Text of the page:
It has been debated very passionately by one of my friends who has written for The Indian Authors platform. I would like to draw attention to the kindness that Mr Amit Mishra has shown towards the author of repute despite being an American citizen. Yes, Jhumpa Lahiri is an American author and she has hardly written anything that is not Indian – in reminiscence, isolation or content. It is the quality of being an Indian outside India that qualifies for being instances of highly used phrases like Indian diaspora, the NRI Indians and Indians outside. There will be continuing debates, to the full volume, about whether such categories of people should be allowed to exist or not but at the moment, it does exist. Well, let’s focus on the issue at hand – how does Jhumpa Lahiri, as an author, put forth the issues of the immigrants?
In the article that I referred to in the very first line of this piece, Amit Mishra has tried to draw the attention of his readers to the fact that Jhumpa raises only selective points about India and very limited points about the immigrant Indians who are living in the USA. She seems rather inspired by her own ‘moving’ past rather than anything else. She must have heard stories about India and Indians from her parents or grandparents and that is why she has some accounts remained in the ‘lanes’ of her memory. She uses the same in her short stories and even novels.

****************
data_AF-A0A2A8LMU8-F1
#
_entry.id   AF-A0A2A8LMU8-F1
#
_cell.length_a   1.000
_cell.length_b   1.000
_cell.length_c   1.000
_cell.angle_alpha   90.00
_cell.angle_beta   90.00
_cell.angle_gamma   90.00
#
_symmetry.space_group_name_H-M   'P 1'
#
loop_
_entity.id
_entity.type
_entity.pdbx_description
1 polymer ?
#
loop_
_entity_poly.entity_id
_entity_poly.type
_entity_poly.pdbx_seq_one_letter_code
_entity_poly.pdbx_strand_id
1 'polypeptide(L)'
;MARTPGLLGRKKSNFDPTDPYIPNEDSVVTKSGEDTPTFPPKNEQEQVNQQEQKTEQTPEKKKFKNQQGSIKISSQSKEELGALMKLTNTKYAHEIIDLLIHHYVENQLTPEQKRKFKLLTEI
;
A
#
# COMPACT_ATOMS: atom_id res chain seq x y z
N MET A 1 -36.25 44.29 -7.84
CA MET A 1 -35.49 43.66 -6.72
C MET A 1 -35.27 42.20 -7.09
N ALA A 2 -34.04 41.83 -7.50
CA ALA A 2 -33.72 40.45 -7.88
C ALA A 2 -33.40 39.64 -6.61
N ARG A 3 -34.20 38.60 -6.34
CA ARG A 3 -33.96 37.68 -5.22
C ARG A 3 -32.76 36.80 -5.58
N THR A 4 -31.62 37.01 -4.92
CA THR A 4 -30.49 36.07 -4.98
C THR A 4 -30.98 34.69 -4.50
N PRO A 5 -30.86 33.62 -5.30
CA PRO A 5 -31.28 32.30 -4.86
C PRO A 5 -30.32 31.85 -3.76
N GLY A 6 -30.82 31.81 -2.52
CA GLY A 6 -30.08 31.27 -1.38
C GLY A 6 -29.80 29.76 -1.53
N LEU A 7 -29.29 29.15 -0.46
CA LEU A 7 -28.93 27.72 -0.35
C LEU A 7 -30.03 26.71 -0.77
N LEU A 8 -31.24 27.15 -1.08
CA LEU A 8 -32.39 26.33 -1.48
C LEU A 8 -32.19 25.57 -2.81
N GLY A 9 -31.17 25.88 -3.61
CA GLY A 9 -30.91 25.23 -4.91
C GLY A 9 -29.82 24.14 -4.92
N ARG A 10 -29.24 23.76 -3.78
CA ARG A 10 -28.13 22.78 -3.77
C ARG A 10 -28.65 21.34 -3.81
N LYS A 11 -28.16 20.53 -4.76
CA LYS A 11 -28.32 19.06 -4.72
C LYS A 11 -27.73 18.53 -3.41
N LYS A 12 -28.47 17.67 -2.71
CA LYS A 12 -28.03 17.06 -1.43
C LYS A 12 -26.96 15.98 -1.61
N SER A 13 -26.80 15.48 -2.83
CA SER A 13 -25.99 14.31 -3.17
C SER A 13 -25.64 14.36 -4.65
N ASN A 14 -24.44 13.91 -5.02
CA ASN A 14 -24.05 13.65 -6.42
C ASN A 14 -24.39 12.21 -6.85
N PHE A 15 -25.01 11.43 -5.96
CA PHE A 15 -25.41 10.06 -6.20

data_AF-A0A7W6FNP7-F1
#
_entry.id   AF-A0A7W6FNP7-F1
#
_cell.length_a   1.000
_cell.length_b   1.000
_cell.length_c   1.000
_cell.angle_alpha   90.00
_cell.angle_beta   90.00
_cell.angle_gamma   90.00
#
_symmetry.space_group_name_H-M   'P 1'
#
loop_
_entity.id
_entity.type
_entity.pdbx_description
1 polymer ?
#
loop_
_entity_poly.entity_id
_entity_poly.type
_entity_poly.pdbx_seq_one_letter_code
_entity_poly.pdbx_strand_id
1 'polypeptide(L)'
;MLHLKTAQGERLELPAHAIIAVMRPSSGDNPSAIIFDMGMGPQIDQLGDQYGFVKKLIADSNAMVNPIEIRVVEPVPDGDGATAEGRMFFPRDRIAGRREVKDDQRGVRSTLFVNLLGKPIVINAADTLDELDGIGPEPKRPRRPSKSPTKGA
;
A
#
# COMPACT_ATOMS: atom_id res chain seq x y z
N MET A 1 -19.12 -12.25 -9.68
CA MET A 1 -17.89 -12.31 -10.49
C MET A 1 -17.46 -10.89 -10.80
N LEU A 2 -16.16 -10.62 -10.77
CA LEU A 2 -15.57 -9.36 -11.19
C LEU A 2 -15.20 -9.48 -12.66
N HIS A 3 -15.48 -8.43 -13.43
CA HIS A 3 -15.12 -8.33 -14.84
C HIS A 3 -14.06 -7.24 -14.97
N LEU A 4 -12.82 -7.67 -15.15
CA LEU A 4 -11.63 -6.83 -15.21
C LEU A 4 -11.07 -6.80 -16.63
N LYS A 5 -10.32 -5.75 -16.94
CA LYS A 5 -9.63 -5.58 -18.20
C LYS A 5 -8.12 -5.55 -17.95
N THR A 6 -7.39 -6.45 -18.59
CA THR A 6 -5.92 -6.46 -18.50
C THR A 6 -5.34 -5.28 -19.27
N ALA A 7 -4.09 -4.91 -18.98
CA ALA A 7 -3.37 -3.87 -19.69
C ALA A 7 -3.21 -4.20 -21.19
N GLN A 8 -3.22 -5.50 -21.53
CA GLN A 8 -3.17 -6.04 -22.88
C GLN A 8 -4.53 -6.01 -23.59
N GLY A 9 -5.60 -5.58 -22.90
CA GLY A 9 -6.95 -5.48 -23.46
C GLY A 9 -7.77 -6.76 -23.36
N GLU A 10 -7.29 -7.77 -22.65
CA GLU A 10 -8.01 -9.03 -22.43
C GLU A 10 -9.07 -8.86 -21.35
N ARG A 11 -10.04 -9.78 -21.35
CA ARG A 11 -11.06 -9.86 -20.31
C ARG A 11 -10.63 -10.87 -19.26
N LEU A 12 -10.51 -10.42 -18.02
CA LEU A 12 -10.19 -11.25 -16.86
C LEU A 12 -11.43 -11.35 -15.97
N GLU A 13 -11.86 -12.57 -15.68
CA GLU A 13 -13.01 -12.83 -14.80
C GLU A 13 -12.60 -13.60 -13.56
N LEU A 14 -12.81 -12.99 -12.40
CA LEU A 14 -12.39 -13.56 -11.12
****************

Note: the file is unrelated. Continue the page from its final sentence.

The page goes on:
The true problems of the immigrants are seldom reflected in the writings of the author. For example, a name is too abstract to qualify as a problem. Alienation is too abstract as well. When it comes to discrimination at the job, educational campuses and even religious persecution of Indians just because they belong to the Hindu or Sikh religion, these are the real issues and Jhumpa never seems so alert about these problems that immigrants in the US actually face. Not only her but any author who claims to write about Indian issues writes only about India that was and not India that is… This seems rather weird because the critics and contemporary literary figures seem rather jubilant about the writings of authors from a particular line of thought…
Well, Jhumpa has raised some wonderful issues related to the immigrants in her works and credit should be given where it’s due. However, the cherry-picking from the diaries of the past and ignoring the issues at hand that must be raised by influential authors like herself do constitute a problem that she creates for herself. Nevertheless, she has a lot of writing left in front of her and readers do hope that she will do something about the missing dots that form the true picture of important immigrant issues we should know and learn more about.
by Prem Shankar S